David Cameron said both sides of the Israeli-Palestinian conflict will "have to take difficult and unpalatable and sometimes unpopular decisions for their constituencies" in order to achieve the peace settlement.
Speaking alongside Palestinian President Mahmoud Abbas after talks in Bethlehem, Mr Cameron said about the peace settlement: "I'm not saying it's definite or even probable, but it's certainly possible."
The Prime Minister also held brief talks with his Labour predecessor as premier, Tony Blair, who is now the special envoy of the Quartet of the UN, US, EU and Russia, working on the development of the Palestinian economy.
David Cameron is meeting Palestinian president Mahmoud Abbas today on the second day of a trip to the Middle East designed to bolster efforts to rekindle the stalled peace process.
Mr Cameron will also hold talks with one of his predecessors, former Prime Minister Tony Blair, to discuss progress on peace talks. Mr Blair is the European peace envoy of "the Quartet" of the United Nations, the EU, the US and Russia.
They are expected to meet for 20 minutes in East Jerusalem to discuss Mr Blair's Palestinian economic initiative, which aims to promote growth in the West Bank and Gaza Strip.
The Prime Minister's appeal yesterday for Israelis and Palestinians to embrace a vision of lasting peace in the region was undermined by a barrage of more than 30 rockets fired from Hamas-controlled Gaza into the south of Israel.
The Arab League endorsed Palestinian President Mahmoud Abbas's rejection of Israel's demand for recognition as a Jewish state, as U.S.-backed peace talks approach a deadline next month.
The US want Mr Abbas to make the concession as part of efforts to reach a "framework agreement" and extend the talks aimed at settling the Israeli-Palestinian conflict.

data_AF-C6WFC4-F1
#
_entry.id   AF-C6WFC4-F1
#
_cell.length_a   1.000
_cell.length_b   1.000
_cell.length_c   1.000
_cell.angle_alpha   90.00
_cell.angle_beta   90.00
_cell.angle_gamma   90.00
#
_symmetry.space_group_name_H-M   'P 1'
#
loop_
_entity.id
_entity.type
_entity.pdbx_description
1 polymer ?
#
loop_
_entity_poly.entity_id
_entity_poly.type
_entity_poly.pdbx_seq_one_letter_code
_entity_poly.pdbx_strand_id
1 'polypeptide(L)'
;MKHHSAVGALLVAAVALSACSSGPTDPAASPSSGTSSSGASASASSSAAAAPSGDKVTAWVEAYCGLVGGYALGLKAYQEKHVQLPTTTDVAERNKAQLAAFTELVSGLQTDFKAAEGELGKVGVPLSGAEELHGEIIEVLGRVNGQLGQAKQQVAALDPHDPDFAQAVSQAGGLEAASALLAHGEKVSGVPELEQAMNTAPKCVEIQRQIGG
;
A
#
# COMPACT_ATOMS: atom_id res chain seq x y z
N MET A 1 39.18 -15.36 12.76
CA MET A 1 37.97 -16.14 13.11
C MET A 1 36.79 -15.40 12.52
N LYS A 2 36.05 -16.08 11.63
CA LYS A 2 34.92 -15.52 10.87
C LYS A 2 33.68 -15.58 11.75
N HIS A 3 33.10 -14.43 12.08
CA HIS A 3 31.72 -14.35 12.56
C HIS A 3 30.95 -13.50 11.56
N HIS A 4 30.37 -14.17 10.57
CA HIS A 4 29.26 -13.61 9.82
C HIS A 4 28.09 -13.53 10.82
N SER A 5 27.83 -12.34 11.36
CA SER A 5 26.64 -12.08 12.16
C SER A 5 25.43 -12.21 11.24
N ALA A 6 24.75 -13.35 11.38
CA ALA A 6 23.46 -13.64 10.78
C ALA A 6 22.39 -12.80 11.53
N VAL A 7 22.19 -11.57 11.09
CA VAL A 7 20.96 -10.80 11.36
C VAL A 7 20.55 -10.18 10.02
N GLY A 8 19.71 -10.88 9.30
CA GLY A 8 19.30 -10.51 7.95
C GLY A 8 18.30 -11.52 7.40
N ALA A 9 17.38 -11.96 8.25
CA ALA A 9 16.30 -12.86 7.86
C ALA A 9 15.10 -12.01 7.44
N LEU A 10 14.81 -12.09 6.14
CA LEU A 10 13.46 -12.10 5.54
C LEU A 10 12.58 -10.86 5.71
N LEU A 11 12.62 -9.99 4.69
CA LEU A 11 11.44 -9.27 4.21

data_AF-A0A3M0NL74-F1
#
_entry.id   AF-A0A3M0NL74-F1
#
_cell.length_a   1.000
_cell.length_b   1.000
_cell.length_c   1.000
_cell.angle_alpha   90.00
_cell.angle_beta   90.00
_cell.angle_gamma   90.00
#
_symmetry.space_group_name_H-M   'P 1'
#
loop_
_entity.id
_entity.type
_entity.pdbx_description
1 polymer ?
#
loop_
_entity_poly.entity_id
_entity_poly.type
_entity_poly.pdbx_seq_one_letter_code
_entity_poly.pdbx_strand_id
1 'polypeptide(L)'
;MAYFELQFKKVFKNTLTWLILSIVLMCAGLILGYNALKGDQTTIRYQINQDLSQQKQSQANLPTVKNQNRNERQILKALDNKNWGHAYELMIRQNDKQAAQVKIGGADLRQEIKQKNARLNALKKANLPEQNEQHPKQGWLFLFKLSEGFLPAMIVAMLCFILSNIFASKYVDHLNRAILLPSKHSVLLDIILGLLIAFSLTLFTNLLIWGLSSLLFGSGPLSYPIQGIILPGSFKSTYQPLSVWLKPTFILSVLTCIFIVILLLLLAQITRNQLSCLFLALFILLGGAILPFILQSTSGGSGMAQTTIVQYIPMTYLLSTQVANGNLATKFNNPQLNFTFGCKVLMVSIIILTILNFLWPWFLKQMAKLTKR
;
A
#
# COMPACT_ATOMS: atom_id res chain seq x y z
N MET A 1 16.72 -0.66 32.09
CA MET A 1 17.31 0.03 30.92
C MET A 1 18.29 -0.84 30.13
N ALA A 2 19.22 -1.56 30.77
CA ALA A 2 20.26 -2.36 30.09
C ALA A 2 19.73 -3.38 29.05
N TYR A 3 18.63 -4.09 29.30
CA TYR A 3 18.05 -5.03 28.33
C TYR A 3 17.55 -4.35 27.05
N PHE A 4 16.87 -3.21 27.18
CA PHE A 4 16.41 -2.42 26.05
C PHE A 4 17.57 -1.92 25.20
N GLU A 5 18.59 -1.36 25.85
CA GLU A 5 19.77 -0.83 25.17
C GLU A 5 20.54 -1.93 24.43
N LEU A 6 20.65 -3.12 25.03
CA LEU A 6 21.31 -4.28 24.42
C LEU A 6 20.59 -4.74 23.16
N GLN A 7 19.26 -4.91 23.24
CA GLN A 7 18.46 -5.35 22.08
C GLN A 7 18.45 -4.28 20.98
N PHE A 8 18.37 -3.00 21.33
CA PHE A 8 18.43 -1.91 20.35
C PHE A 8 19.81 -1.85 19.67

Benjamin Netanyahu has been Israel's first prime minister to make recognition of his country as a Jewish state a requirement for peace.
Palestinian Prime Minister Salam Fayyad has resigned, leaving the country without one of its most moderate voices, Reuters reported.
President Mahmoud Abbas met with Fayyad today and accepted his resignation, thanking him from his service, the official Palestinian news agency Wafa said.
According to the statement, Abbas asked Fayyad to continue to continue in his post until he forms a new government.
The president is expected to name a new prime minister within days, Reuters reported, citing unnamed Palestinian officials.
President Barack Obama reaffirmed his commitment to creating an independent Palestinian state saying "simply, Palestinians deserve a state of their own".
Obama said he has told Israeli Prime Minister Benjamin Netanyahu that continued Jewish settlement activity was not constructive and did not "advance the cause of peace".
Speaking at a joint news conference with Palestinian President Mahmoud Abbas, Obama said he had not lost hope in achieving a two-state solution.
However, the President offered no new proposals to getting there.
Palestinian President Mahmoud Abbas was given a hero's welcome on his return to Ramallah following the UN General Assembly's vote to upgrade Palestine's status from "observer entity" to "non-member state".
However, the upgrade falls short of full UN membership, which only the Security Council can grant.
In a speech broadcast on state television, he told the cheering crowds who greeted him, "Yes, now we have a state".
"Congratulations to all of you brave Palestinians; you alone have accomplished this achievement and alone have won this victory", he said.
The Palestinian President Mahmoud Abbas has urged the UN General Assembly to "issue a birth certificate" for the state of Palestine.
The United Nations is expected to vote tonight and take a step towards recognising a Palestinian state.